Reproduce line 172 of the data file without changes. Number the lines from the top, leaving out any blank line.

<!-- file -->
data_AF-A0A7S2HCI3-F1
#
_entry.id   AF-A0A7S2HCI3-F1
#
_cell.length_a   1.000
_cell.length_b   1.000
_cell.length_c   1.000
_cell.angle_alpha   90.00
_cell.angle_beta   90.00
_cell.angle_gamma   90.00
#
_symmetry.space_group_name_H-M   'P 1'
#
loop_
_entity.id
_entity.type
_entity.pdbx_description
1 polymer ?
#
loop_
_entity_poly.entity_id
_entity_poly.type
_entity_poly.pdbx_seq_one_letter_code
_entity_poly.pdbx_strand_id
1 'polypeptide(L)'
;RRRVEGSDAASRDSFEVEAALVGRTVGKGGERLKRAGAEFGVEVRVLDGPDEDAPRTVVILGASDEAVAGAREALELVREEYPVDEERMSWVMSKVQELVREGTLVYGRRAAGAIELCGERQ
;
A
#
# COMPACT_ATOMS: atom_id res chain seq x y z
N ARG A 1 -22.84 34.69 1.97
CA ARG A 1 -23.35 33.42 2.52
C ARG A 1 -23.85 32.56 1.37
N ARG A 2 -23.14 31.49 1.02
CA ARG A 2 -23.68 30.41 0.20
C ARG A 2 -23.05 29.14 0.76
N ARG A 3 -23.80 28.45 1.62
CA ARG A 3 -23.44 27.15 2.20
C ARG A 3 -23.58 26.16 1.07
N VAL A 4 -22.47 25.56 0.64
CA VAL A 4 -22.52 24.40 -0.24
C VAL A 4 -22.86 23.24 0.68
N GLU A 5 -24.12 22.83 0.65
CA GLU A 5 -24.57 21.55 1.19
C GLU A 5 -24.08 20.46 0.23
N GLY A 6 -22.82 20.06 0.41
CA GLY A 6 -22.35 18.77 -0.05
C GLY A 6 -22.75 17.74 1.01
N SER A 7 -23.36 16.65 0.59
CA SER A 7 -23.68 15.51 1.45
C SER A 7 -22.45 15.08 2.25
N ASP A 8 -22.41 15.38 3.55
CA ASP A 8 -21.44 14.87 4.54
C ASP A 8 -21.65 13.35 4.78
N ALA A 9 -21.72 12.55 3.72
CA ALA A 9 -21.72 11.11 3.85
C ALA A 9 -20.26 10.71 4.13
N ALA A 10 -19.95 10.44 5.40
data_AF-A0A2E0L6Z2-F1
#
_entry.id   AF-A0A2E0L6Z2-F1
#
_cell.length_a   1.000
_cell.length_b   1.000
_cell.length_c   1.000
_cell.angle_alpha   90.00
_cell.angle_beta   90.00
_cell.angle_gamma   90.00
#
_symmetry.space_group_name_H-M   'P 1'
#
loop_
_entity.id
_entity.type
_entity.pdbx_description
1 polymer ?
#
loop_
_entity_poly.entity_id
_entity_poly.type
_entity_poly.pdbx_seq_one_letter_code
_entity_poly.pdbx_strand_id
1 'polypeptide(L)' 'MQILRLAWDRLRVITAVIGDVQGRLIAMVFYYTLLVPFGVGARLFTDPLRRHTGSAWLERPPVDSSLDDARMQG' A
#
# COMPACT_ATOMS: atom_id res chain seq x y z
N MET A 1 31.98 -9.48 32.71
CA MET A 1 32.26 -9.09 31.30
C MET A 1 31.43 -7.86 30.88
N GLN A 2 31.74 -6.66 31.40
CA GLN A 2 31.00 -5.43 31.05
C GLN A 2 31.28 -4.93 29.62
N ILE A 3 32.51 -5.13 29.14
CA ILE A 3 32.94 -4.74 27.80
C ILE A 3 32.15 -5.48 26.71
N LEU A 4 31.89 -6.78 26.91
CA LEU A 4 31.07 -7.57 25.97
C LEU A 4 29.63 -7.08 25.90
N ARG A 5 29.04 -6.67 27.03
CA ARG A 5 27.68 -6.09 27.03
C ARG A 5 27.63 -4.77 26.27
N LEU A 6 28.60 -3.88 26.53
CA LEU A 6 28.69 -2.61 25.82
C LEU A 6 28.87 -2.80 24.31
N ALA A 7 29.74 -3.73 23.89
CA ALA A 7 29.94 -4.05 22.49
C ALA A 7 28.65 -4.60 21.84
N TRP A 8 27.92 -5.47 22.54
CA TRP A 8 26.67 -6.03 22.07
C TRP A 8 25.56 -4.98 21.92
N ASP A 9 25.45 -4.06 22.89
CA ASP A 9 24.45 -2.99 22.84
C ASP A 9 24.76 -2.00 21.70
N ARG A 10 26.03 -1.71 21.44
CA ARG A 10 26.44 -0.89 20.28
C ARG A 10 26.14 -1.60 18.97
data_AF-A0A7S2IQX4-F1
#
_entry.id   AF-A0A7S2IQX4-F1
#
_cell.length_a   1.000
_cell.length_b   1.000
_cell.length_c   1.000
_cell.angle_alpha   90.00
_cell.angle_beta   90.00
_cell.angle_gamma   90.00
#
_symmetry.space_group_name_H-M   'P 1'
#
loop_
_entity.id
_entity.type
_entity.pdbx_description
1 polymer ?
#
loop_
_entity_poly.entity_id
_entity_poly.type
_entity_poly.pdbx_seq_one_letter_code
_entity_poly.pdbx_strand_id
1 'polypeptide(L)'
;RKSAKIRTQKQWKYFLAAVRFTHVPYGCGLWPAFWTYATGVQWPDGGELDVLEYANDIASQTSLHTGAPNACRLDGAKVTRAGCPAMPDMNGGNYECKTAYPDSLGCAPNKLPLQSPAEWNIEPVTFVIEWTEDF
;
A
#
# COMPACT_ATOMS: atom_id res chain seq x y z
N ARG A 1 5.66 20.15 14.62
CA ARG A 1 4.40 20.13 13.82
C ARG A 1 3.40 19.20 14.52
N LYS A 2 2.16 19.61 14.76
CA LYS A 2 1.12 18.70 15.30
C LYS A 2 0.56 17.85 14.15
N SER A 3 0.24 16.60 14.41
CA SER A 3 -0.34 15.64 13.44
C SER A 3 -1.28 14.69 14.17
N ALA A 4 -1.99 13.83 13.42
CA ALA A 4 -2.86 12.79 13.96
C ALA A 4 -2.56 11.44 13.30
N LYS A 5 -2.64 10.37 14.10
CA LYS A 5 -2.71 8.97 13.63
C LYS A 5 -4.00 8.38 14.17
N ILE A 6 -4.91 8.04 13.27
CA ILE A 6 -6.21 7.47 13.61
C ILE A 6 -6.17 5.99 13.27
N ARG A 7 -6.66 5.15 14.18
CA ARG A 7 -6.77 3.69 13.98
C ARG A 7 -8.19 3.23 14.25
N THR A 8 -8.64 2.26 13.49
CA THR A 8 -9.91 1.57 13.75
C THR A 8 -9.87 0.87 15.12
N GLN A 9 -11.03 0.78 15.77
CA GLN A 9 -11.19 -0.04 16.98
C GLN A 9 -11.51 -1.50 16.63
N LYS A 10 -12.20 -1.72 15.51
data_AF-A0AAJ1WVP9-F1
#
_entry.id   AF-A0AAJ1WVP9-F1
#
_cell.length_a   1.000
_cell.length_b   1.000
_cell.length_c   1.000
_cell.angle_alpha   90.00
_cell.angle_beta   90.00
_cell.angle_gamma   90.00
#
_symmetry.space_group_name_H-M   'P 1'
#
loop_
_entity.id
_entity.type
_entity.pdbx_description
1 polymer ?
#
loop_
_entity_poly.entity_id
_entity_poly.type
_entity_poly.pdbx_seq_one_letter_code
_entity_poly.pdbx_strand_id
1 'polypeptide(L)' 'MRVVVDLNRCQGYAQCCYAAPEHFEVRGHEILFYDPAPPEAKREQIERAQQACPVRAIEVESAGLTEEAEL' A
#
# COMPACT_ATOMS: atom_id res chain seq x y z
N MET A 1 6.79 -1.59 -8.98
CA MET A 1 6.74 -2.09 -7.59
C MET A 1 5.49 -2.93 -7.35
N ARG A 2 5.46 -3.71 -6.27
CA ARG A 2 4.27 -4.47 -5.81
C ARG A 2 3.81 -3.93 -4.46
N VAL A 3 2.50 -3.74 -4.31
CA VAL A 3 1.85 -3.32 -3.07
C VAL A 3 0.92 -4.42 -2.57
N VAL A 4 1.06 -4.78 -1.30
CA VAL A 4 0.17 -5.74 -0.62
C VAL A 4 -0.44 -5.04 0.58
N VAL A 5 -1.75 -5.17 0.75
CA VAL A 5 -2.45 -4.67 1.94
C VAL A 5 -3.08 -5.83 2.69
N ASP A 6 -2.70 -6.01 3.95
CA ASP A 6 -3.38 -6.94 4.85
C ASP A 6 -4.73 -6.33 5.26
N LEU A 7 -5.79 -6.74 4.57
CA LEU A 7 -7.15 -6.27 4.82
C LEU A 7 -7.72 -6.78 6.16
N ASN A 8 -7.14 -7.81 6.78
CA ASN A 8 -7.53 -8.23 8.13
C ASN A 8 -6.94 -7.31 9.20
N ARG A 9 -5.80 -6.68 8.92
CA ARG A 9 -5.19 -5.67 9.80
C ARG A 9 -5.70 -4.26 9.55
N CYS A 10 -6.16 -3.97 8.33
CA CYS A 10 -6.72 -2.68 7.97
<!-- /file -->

C GLN A 9 -11.51 -1.50 16.63